The next day, Friday, July 28, Savickas is suspected of committing an unarmed bank robbery at the Beacon Credit Union, 820 North Broadway, in Peru, Indiana. On Tuesday, August 1, Savickas was back in Michigan, and is suspected of robbing the Next Door Food Store at 4616 Alpine Ave., N.W., where he struck the clerk with his vehicle. He is also suspected of robbing the Independent Bank, 3090 Plainfield Av NE on Wednesday morning August 2.

Savickas was previously convicted in 2015 of retail fraud, first degree. He was arrested after he tried to steal plasma cutters from Family Farm and Home in Cedar Springs. Employees recognized him at the time as someone who previously stole welders and interrupted the theft of the plasma cutters. He fled but was arrested and held on six charges, several for retail fraud at other locations. He was sentenced to a minimum of one year and a maximum of five years in prison. His record on the Michigan Corrections website shows him listed as a parole absconder as of July 6.

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Police seek suspect in robberies


The Admiral Gas Station, 194 S. Main, in Cedar Springs, was robbed on Thursday, July 27. Post photo by J. Reed.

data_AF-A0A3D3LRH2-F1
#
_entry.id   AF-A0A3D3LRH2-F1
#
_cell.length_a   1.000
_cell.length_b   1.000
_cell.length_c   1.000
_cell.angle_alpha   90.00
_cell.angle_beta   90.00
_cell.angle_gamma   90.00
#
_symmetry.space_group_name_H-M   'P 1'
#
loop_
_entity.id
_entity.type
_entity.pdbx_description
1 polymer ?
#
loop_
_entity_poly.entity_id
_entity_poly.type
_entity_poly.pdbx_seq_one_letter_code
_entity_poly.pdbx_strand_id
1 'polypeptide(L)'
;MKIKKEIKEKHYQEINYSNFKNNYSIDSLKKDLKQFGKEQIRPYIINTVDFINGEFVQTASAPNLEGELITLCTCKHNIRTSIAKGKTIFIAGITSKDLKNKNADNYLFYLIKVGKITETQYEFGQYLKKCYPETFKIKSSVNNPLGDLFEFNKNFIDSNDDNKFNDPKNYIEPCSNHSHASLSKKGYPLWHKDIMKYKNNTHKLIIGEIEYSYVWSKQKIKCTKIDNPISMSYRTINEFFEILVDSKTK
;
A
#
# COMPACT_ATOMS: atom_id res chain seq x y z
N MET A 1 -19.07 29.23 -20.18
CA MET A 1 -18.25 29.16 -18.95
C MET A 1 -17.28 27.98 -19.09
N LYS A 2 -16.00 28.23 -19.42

Jacob Abraham Savickas is suspected of robbing a string of businesses in Michigan and Indiana.

By Judy Reed

Police are asking for the public’s to help to locate the man wanted for a string of robberies in Michigan and Indiana, including the robbery Thursday, July 27, of the Cedar Springs Admiral gas station.

Savickas is driving this blue Oldsmobile Intrigue.

Police are looking for Jacob Abraham Savickas, 33. He is described as a white male, 5 feet 10 inches, 170 pounds, with short brown hair and a beard. He is driving a blue/purple Oldsmobile Intrigue 4D, Michigan plate DNL1257. He reportedly has family in the Howard City area.

If anyone sees him or knows where he is, please call the Kent County Sheriff Department at 616-632-6125, or Silent Observer at 616-774-2345.

Savickas started his crime spree last Wednesday, July 26, when he is suspected of an unarmed robbery of the J&H Mobil gas station at 4404 Clyde Park Ave., Wyoming. He then robbed the Admiral gas station on the corner of Main and Muskegon Street in Cedar Springs the next day, Thursday, July 27. According to the Kent County Sheriff Department, the robbery occurred about 9:22 a.m. The clerk told police that a white male in his late 20s came in and demanded money. He was described as wearing a white shirt, blue baseball cap, and having facial hair.

Police found him at the rest stop on US-131 near 10 Mile Rd., but after a brief foot chase, he got back into his car and sped away. Police pursued him, but terminated the chase on 10 Mile Rd. The Admiral clerk had reportedly told police that he had a small child with him.